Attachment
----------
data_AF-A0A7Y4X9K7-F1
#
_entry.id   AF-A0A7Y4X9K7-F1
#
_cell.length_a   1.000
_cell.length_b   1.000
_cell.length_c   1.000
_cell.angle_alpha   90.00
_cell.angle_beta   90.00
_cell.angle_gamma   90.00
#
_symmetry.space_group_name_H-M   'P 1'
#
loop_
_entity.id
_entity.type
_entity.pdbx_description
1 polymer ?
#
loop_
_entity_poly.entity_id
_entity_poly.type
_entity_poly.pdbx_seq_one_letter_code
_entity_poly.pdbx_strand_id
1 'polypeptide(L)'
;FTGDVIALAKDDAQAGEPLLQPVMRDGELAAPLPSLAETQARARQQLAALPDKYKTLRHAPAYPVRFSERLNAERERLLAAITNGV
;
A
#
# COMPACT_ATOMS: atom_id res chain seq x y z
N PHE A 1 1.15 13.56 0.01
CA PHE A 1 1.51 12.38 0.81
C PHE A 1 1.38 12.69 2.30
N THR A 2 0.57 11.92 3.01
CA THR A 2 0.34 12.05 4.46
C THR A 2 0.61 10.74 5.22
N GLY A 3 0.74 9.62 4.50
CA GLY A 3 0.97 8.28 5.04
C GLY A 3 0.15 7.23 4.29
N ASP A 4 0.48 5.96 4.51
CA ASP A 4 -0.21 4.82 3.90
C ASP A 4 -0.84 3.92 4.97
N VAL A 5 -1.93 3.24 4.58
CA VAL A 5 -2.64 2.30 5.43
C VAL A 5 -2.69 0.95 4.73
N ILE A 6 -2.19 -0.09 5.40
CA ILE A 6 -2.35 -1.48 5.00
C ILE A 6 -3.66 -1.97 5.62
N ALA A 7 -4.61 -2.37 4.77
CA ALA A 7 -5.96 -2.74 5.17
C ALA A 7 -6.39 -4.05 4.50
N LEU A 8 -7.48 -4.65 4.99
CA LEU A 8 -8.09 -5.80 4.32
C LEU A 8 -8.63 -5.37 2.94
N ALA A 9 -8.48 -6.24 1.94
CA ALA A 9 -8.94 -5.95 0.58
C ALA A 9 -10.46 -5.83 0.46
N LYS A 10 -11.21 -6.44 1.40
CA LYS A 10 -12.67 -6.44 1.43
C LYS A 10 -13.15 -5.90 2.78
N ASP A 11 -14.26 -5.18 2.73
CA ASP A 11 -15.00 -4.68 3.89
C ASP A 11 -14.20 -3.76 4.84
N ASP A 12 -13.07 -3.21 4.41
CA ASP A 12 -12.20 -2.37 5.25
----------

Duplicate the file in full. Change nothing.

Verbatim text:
data_AF-A0A7Y4X9K7-F1
#
_entry.id   AF-A0A7Y4X9K7-F1
#
_cell.length_a   1.000
_cell.length_b   1.000
_cell.length_c   1.000
_cell.angle_alpha   90.00
_cell.angle_beta   90.00
_cell.angle_gamma   90.00
#
_symmetry.space_group_name_H-M   'P 1'
#
loop_
_entity.id
_entity.type
_entity.pdbx_description
1 polymer ?
#
loop_
_entity_poly.entity_id
_entity_poly.type
_entity_poly.pdbx_seq_one_letter_code
_entity_poly.pdbx_strand_id
1 'polypeptide(L)'
;FTGDVIALAKDDAQAGEPLLQPVMRDGELAAPLPSLAETQARARQQLAALPDKYKTLRHAPAYPVRFSERLNAERERLLAAITNGV
;
A
#
# COMPACT_ATOMS: atom_id res chain seq x y z
N PHE A 1 1.15 13.56 0.01
CA PHE A 1 1.51 12.38 0.81
C PHE A 1 1.38 12.69 2.30
N THR A 2 0.57 11.92 3.01
CA THR A 2 0.34 12.05 4.46
C THR A 2 0.61 10.74 5.22
N GLY A 3 0.74 9.62 4.50
CA GLY A 3 0.97 8.28 5.04
C GLY A 3 0.15 7.23 4.29
N ASP A 4 0.48 5.96 4.51
CA ASP A 4 -0.21 4.82 3.90
C ASP A 4 -0.84 3.92 4.97
N VAL A 5 -1.93 3.24 4.58
CA VAL A 5 -2.64 2.30 5.43
C VAL A 5 -2.69 0.95 4.73
N ILE A 6 -2.19 -0.09 5.40
CA ILE A 6 -2.35 -1.48 5.00
C ILE A 6 -3.66 -1.97 5.62
N ALA A 7 -4.61 -2.37 4.77
CA ALA A 7 -5.96 -2.74 5.17
C ALA A 7 -6.39 -4.05 4.50
N LEU A 8 -7.48 -4.65 4.99
CA LEU A 8 -8.09 -5.80 4.32
C LEU A 8 -8.63 -5.37 2.94
N ALA A 9 -8.48 -6.24 1.94
CA ALA A 9 -8.94 -5.95 0.58
C ALA A 9 -10.46 -5.83 0.46
N LYS A 10 -11.21 -6.44 1.40
CA LYS A 10 -12.67 -6.44 1.43
C LYS A 10 -13.15 -5.90 2.78
N ASP A 11 -14.26 -5.18 2.73
CA ASP A 11 -15.00 -4.68 3.89
C ASP A 11 -14.20 -3.76 4.84
N ASP A 12 -13.07 -3.21 4.41
CA ASP A 12 -12.20 -2.37 5.25